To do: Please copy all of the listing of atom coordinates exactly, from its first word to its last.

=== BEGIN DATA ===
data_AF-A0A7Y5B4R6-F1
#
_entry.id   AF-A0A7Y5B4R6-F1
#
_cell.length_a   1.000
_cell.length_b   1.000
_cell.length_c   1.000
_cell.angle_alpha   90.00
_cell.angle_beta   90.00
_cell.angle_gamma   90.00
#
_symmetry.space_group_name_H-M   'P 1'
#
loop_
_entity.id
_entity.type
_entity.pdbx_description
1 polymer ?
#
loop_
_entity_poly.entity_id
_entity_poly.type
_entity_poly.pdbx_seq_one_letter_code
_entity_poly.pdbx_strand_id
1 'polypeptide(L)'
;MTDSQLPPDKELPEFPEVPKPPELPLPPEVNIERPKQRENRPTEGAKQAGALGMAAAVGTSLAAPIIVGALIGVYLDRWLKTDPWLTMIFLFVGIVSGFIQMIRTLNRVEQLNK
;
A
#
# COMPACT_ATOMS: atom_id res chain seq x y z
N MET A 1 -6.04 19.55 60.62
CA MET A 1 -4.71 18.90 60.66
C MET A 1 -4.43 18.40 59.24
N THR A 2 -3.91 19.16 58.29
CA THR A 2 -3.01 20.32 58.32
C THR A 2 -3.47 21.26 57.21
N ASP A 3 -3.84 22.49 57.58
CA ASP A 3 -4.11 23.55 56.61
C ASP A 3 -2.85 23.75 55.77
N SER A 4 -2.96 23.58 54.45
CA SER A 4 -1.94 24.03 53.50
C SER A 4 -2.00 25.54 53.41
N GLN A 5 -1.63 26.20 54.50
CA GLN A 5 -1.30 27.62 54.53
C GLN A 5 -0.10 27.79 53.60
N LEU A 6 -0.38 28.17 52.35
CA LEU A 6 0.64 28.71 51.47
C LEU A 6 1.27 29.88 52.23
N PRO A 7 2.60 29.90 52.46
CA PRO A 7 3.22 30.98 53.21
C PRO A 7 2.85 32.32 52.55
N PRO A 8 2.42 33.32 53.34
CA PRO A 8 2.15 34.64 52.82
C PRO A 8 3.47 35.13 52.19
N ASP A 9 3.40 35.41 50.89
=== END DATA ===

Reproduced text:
data_AF-A0A7Y5B4R6-F1
#
_entry.id   AF-A0A7Y5B4R6-F1
#
_cell.length_a   1.000
_cell.length_b   1.000
_cell.length_c   1.000
_cell.angle_alpha   90.00
_cell.angle_beta   90.00
_cell.angle_gamma   90.00
#
_symmetry.space_group_name_H-M   'P 1'
#
loop_
_entity.id
_entity.type
_entity.pdbx_description
1 polymer ?
#
loop_
_entity_poly.entity_id
_entity_poly.type
_entity_poly.pdbx_seq_one_letter_code
_entity_poly.pdbx_strand_id
1 'polypeptide(L)'
;MTDSQLPPDKELPEFPEVPKPPELPLPPEVNIERPKQRENRPTEGAKQAGALGMAAAVGTSLAAPIIVGALIGVYLDRWLKTDPWLTMIFLFVGIVSGFIQMIRTLNRVEQLNK
;
A
#
# COMPACT_ATOMS: atom_id res chain seq x y z
N MET A 1 -6.04 19.55 60.62
CA MET A 1 -4.71 18.90 60.66
C MET A 1 -4.43 18.40 59.24
N THR A 2 -3.91 19.16 58.29
CA THR A 2 -3.01 20.32 58.32
C THR A 2 -3.47 21.26 57.21
N ASP A 3 -3.84 22.49 57.58
CA ASP A 3 -4.11 23.55 56.61
C ASP A 3 -2.85 23.75 55.77
N SER A 4 -2.96 23.58 54.45
CA SER A 4 -1.94 24.03 53.50
C SER A 4 -2.00 25.54 53.41
N GLN A 5 -1.63 26.20 54.50
CA GLN A 5 -1.30 27.62 54.53
C GLN A 5 -0.10 27.79 53.60
N LEU A 6 -0.38 28.17 52.35
CA LEU A 6 0.64 28.71 51.47
C LEU A 6 1.27 29.88 52.23
N PRO A 7 2.60 29.90 52.46
CA PRO A 7 3.22 30.98 53.21
C PRO A 7 2.85 32.32 52.55
N PRO A 8 2.42 33.32 53.34
CA PRO A 8 2.15 34.64 52.82
C PRO A 8 3.47 35.13 52.19
N ASP A 9 3.40 35.41 50.89